From Realistic Human-Computer Interaction to Nanomachines: Prof. Horea Ilies has recently received 3 grants form National Science Foundation totaling $1.35M


Three recent grants have been awarded by the National Science Foundation to Prof. Horea Ilies to support the current research in his Computational Design Laboratory.

The ability to measure how well objects "fit together" is a key task in engineering design and manufacturing as well as in the broad scientific arena whenever the behavior and function of a system is dependent on proper geometric alignment. For example, assembly planning from macro to nanoscale, layout optimization and packaging, design for human variability, synthesis and self-assembly of nano-machines, novel drug design, comparative shape analysis (shape similarity), as well as personalized medicine and medical devices are all applications in which the system's behavior and function depends on the proper geometric alignment of individual components. One of the grants, based on the work with Dr. Morad Behandish, focuses on developing a generic framework for geometric interfaceability in virtual product development aimed at quantifying and interpreting how well objects of arbitrary geometric complexity fit together. 



A second grant is exploring the extension of the geometric interfaceability framework to develop effective haptic interaction mechanisms for intelligent human-computer or human-robot systems with a focus on virtual assembly tasks. The research uses haptic devices, which add the sense of touch when interacting with digital models and simulations, and are used in a variety of research, industrial and consumer applications, from engineering design, to computer-assisted surgery, and gaming.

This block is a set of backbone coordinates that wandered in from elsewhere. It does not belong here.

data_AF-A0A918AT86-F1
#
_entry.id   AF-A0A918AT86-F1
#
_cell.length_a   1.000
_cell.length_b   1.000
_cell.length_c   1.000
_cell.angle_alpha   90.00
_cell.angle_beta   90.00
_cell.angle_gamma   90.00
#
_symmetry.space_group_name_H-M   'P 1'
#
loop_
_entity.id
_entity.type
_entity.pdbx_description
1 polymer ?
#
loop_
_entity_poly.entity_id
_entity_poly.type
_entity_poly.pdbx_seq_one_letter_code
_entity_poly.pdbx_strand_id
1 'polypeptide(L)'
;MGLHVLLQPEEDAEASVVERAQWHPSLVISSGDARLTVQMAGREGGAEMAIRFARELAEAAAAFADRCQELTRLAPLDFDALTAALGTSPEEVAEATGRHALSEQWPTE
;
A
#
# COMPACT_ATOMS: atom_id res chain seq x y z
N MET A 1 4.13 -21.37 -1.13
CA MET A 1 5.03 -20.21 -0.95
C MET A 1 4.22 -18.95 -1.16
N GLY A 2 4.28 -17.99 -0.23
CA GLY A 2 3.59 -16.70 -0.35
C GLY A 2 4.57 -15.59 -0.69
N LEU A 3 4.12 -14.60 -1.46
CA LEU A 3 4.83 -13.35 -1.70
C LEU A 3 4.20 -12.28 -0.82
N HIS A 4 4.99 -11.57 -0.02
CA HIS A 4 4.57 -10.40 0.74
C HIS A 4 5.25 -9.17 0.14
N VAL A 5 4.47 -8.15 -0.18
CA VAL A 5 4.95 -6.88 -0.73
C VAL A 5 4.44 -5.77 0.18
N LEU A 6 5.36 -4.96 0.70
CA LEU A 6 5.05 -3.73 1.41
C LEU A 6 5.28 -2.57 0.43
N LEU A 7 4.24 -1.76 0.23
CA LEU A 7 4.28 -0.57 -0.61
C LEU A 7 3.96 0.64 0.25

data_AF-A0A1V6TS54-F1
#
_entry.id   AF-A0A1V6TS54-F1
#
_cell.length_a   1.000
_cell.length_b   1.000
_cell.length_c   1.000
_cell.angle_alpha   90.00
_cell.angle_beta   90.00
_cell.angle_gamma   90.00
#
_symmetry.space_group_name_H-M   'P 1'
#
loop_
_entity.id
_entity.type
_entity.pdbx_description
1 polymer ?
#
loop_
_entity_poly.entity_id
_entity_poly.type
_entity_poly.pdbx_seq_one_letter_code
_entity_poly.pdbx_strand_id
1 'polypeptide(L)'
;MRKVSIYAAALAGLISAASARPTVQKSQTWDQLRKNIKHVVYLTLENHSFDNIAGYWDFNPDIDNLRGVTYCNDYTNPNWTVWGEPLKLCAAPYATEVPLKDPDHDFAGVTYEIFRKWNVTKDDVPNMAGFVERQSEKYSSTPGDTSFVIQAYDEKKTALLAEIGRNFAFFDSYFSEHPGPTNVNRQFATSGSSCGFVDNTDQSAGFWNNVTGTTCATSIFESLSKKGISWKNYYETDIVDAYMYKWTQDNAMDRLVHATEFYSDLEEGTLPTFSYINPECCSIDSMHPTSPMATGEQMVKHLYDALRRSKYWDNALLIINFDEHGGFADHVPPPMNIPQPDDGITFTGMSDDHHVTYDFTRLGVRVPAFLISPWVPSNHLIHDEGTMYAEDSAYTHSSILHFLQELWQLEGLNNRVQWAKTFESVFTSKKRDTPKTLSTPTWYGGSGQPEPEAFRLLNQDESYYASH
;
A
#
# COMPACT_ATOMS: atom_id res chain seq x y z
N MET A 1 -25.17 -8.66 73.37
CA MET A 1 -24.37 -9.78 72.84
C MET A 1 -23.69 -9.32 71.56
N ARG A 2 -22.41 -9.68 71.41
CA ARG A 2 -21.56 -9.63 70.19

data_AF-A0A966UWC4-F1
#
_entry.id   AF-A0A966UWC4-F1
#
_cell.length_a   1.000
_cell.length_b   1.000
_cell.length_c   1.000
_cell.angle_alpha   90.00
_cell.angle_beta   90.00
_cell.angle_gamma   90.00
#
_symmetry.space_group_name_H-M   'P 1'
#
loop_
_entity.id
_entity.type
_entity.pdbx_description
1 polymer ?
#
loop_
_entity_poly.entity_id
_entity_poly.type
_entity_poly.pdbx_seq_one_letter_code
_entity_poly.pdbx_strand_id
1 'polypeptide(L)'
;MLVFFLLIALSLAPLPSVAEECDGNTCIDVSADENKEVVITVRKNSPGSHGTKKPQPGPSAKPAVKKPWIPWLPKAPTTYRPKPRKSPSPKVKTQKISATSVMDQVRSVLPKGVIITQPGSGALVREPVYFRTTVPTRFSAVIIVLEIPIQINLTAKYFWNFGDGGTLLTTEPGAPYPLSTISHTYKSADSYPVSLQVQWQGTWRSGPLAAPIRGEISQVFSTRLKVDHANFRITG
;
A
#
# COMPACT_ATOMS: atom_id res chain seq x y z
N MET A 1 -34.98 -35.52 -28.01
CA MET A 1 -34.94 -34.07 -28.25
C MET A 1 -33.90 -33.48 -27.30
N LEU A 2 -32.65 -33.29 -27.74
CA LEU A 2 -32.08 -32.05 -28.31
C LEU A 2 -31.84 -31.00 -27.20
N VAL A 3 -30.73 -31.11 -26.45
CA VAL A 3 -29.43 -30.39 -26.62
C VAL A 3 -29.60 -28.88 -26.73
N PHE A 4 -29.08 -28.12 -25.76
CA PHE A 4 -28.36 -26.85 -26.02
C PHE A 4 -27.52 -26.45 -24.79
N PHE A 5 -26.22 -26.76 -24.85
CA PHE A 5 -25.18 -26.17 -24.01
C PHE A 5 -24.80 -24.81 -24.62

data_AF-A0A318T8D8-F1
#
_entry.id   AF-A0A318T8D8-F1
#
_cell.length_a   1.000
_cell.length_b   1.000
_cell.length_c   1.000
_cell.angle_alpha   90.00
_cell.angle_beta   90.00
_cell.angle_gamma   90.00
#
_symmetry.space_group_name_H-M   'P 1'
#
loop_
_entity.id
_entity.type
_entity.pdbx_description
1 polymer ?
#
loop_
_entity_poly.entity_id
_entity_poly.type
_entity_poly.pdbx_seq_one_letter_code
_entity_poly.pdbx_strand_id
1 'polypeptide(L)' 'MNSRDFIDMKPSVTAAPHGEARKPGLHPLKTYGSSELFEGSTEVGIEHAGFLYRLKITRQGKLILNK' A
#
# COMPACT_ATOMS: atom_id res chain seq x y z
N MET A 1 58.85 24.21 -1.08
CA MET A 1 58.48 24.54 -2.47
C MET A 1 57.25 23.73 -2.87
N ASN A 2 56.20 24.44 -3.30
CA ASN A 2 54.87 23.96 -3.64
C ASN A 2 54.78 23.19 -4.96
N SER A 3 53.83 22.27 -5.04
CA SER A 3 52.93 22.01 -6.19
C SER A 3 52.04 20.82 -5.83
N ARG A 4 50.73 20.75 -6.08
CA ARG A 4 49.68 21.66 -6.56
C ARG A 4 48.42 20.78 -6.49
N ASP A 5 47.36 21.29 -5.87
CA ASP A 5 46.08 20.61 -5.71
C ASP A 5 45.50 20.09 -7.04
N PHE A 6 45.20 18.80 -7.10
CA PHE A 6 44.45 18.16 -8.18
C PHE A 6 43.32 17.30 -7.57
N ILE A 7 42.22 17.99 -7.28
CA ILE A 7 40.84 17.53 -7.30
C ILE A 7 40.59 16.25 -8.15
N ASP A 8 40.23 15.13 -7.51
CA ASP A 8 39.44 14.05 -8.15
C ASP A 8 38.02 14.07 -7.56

The latest NSF-grant received by Prof. Ilies, in collaboration with Dean Kazem Kazerounian, focuses on the systematic design, analysis and control of manufacturable nanomachines such as the nanorobots built from protein molecules. In this research, Profs. Ilies and Kazerounian aim to develop a theoretical and computational framework to systematically design, and analyze self-assemblable molecular machines with prescribed mobility and function obtained from a predefined library of molecular primitives. The research aims to develop the tools required to perform design space explorations for synthetic and controllable molecular machines and devices, potentially leading to novel molecular motor functions that can be used to develop smart nanorobots and materials.






 
             

Department of Mechanical Engineering
The University of Connecticut
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